Monday, March 26, 2007

Christian Schools and Families . . . Again

My first thought upon hearing that a Catholic school has banned students from MySpace, even at home, on pain of suspension wasn’t, “What gives them the right?”

It is a private school. Therefore it can mandate that students must say a hundred Hail Marys a day while standing on their heads should those in charge so desire. It has the right.

No, my first thought (or close to first) was, “There we go again.” There’s another Christian school running roughshod over families. Granted, what the school in question is doing is exceptional. But it’s far from the first time I’ve seen Christian schools push around families in an unchristian manner.

While living in Denton, I was familiar with a Christian school that showed little regard for families and their time by assigning excessive (and sometimes dubious) homework even to elementary school students. So my thinking upon hearing the MySpace story is why do Christian schools so often intrude on turf that belongs to families?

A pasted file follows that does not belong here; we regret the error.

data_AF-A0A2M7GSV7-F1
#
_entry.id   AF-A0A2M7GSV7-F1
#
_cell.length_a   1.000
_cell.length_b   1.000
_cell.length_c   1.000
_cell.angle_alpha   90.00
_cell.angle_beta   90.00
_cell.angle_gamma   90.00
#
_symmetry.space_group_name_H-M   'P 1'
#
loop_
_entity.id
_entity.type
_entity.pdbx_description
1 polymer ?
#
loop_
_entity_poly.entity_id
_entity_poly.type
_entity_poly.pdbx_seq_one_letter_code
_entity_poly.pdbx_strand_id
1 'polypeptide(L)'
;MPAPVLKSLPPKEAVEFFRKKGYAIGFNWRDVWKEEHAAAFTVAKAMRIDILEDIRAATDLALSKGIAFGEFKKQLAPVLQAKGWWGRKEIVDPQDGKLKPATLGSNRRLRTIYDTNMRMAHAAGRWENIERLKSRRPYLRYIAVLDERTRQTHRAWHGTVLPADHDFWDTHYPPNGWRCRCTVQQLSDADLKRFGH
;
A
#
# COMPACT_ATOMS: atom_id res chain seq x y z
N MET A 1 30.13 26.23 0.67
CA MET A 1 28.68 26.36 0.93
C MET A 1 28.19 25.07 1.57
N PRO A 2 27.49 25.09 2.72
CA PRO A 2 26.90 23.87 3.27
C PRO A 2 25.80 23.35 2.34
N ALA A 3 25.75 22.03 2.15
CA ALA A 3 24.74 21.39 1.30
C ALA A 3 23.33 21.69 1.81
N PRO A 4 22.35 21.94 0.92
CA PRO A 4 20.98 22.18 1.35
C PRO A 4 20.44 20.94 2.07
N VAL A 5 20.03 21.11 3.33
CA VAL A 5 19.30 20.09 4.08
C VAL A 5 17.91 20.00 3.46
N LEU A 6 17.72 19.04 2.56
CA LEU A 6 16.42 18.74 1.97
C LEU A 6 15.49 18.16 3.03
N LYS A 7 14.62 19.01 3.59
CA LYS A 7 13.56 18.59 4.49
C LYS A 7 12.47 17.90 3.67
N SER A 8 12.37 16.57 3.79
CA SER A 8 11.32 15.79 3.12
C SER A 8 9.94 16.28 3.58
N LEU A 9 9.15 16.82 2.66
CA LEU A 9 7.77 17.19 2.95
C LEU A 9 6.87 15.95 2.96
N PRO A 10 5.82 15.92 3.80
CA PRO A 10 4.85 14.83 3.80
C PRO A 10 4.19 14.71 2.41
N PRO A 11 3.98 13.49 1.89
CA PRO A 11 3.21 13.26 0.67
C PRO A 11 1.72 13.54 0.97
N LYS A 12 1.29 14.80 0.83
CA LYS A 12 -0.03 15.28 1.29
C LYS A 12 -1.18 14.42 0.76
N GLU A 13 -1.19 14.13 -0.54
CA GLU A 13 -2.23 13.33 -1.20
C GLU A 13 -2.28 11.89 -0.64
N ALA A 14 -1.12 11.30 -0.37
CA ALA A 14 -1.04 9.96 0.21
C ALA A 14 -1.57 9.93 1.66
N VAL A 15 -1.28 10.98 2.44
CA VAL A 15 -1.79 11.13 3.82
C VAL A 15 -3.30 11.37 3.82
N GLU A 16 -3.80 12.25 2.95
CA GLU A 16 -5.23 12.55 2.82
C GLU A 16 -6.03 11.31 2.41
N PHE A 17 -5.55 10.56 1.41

Christian schools, if genuinely Christian, should know better about respecting family space. Yet they often show less respect than public schools. And with the sorry track record public schools often have in this area, that’s saying something.

If a school, private or public, told me that a kid of mine couldn’t use MySpace anywhere at all, even in the home, I would ask what business is that of theirs. And I would be tempted to use less than wholesome language in so doing. People can have different opinions about MySpace. And they are quite welcome to espouse them. But if someone tries to impose their opinion on my house, they are asking for a fight.

And it is no school’s business what social networking web sites kids use at home. That is the family’s business. You’d think a Catholic school of all institutions would know that and respect the prerogatives of families.

What provokes me further are the parents at the school that support the new policy. What? They need the school to maintain order at home? Or do they think their opinion about MySpace should be imposed on all families of that school? Stick to looking after your own children, Stupid!

And some Christian schools also would do well to mind their own business a bit more, and leave family matters to families.

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